10-03-2012

Continuous Delivery in the Cloud: Dynamic Configuration (Part 4 of 6)

In part 1 of this series, I introduced the Continuous Delivery (CD) pipeline for the Manatee Tracking application. In part 2 I went over how we use this CD pipeline to deliver software from checkin to production. In part 3, we focused on how CloudFormation is used to script the virtual AWS components that create the Manatee infrastructure. A list of topics for each of the articles is summarized below:

Part 1: Introduction – Introduction to continuous delivery in the cloud and the rest of the articles;
Part 2: CD Pipeline – In-depth look at the CD Pipeline;
Part 3: CloudFormation – Scripted virtual resource provisioning;
Part 4: Dynamic Configuration –  What you’re reading now;
Part 5: Deployment Automation – Scripted deployment orchestration;
Part 6: Infrastructure Automation – Scripted environment provisioning (Infrastructure Automation)

In this part of the series, I am going to explain how we dynamically generate our configuration and avoid property files whenever possible. Instead of using property files, we store and retrieve configuration on the fly – as part of the CD pipeline – without predefining these values in a static file (i.e. a properties file) ahead of time. We do this using two methods: AWS SimpleDB and CloudFormation.

SimpleDB is a highly available non-relational data storage service that only stores strings in key value pairs. CloudFormation, as discussed in Part 3 of the series, is a scripting language for allocating and configuring AWS virtual resources.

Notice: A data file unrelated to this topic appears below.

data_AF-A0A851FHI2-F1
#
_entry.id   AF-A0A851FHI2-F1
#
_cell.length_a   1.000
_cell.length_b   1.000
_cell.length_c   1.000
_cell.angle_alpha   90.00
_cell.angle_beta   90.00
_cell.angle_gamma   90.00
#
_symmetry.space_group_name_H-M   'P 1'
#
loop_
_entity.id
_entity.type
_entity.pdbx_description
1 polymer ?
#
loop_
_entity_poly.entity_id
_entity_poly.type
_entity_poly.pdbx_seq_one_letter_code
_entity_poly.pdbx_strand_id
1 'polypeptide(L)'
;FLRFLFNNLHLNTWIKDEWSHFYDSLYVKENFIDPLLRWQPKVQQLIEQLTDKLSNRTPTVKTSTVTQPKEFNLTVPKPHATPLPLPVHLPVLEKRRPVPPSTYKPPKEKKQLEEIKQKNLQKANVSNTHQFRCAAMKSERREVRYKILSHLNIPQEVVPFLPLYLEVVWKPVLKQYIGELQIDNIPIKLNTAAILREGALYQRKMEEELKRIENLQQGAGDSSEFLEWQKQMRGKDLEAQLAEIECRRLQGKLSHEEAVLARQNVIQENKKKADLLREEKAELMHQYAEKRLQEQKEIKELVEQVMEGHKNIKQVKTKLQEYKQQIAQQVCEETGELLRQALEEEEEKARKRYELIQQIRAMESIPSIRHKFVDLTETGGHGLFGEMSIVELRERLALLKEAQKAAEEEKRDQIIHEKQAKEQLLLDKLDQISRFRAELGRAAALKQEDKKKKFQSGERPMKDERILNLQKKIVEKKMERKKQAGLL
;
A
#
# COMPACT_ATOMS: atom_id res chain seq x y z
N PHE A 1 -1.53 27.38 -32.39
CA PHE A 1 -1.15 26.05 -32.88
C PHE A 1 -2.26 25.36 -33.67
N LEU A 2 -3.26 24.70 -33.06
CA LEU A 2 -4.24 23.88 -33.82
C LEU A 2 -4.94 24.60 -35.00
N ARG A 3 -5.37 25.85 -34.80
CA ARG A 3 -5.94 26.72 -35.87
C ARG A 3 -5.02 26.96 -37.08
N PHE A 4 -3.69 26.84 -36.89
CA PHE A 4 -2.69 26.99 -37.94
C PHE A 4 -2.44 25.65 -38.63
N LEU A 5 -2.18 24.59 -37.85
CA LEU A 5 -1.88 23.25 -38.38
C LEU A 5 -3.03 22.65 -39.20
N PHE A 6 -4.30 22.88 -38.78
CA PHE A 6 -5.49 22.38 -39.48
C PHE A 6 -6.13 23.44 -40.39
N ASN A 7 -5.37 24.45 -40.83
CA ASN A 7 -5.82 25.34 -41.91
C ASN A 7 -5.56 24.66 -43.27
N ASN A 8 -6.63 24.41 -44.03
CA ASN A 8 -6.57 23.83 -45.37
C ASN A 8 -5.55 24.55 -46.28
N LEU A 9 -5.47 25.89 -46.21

Using SimpleDB

Throughout the CD pipeline, we often need to manage state across multiple Jenkins jobs. To do this, we use SimpleDB. As the pipeline executes, values that will be needed by subsequent jobs get stored in SimpleDB as properties. When the properties are needed we use a simple Ruby script script to return the key/value pair from SimpleDB and then use it as part of the job. The values being stored and retrieved range from IP addresses and domain names to AMI (Machine Images) IDs.

So what makes this dynamic? As Jenkins jobs or CloudFormation templates are run, we often end up with properties that need to be used elsewhere. Instead of hard coding all of the values to be used in a property file, we create, store and retrieve them as the pipeline executes.

Below is the CreateTargetEnvironment Jenkins job script that creates a new target environment from a CloudFormation script production.template


if [ $deployToProduction ] == true
then
SSH_KEY=production
else
SSH_KEY=development
fi

# Create Cloudformaton Stack
ruby /usr/share/tomcat6/scripts/aws/create_stack.rb ${STACK_NAME} ${WORKSPACE}/production.template ${HOST} ${JENKINSIP} ${SSH_KEY} ${SGID} ${SNS_TOPIC}

# Load SimpleDB Domain with Key/Value Pairs
ruby /usr/share/tomcat6/scripts/aws/load_domain.rb ${STACK_NAME}

# Pull and store variables from SimpleDB
host=`ruby /usr/share/tomcat6/scripts/aws/showback_domain.rb ${STACK_NAME} InstanceIPAddress`

# Run Acceptance Tests
cucumber features/production.feature host=${host} user=ec2-user key=/usr/share/tomcat6/.ssh/id_rsa

Referenced above in the CreateTargetEnvironment code snippet. This is the load_domain.rb script that iterates over a file and sends key/value pairs to SimpleDB.

require 'rubygems'
require 'aws-sdk'
load File.expand_path('../../config/aws.config', __FILE__)

stackname=ARGV[0]

file = File.open("/tmp/properties", "r")

sdb = AWS::SimpleDB.new

AWS::SimpleDB.consistent_reads do
  domain = sdb.domains["stacks"]
  item = domain.items["#{stackname}"]

  file.each_line do|line|